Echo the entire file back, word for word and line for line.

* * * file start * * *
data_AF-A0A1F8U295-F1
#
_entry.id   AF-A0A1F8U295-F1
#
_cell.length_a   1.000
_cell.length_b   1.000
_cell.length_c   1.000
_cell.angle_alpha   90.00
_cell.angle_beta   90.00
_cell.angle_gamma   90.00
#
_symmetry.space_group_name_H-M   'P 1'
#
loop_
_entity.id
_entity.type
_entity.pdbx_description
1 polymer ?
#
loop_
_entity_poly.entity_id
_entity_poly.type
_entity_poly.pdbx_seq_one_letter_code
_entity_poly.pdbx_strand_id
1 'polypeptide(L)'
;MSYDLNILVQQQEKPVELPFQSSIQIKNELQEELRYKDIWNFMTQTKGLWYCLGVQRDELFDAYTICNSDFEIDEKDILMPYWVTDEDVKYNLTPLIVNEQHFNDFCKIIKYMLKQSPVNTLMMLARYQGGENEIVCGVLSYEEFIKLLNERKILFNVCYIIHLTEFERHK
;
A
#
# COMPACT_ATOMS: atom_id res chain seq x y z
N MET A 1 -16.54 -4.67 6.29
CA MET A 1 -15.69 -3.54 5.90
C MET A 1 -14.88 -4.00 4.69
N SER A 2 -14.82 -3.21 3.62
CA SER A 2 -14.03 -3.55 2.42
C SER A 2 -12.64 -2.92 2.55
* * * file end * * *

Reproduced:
data_AF-A0A1F8U295-F1
#
_entry.id   AF-A0A1F8U295-F1
#
_cell.length_a   1.000
_cell.length_b   1.000
_cell.length_c   1.000
_cell.angle_alpha   90.00
_cell.angle_beta   90.00
_cell.angle_gamma   90.00
#
_symmetry.space_group_name_H-M   'P 1'
#
loop_
_entity.id
_entity.type
_entity.pdbx_description
1 polymer ?
#
loop_
_entity_poly.entity_id
_entity_poly.type
_entity_poly.pdbx_seq_one_letter_code
_entity_poly.pdbx_strand_id
1 'polypeptide(L)'
;MSYDLNILVQQQEKPVELPFQSSIQIKNELQEELRYKDIWNFMTQTKGLWYCLGVQRDELFDAYTICNSDFEIDEKDILMPYWVTDEDVKYNLTPLIVNEQHFNDFCKIIKYMLKQSPVNTLMMLARYQGGENEIVCGVLSYEEFIKLLNERKILFNVCYIIHLTEFERHK
;
A
#
# COMPACT_ATOMS: atom_id res chain seq x y z
N MET A 1 -16.54 -4.67 6.29
CA MET A 1 -15.69 -3.54 5.90
C MET A 1 -14.88 -4.00 4.69
N SER A 2 -14.82 -3.21 3.62
CA SER A 2 -14.03 -3.55 2.42
C SER A 2 -12.64 -2.92 2.55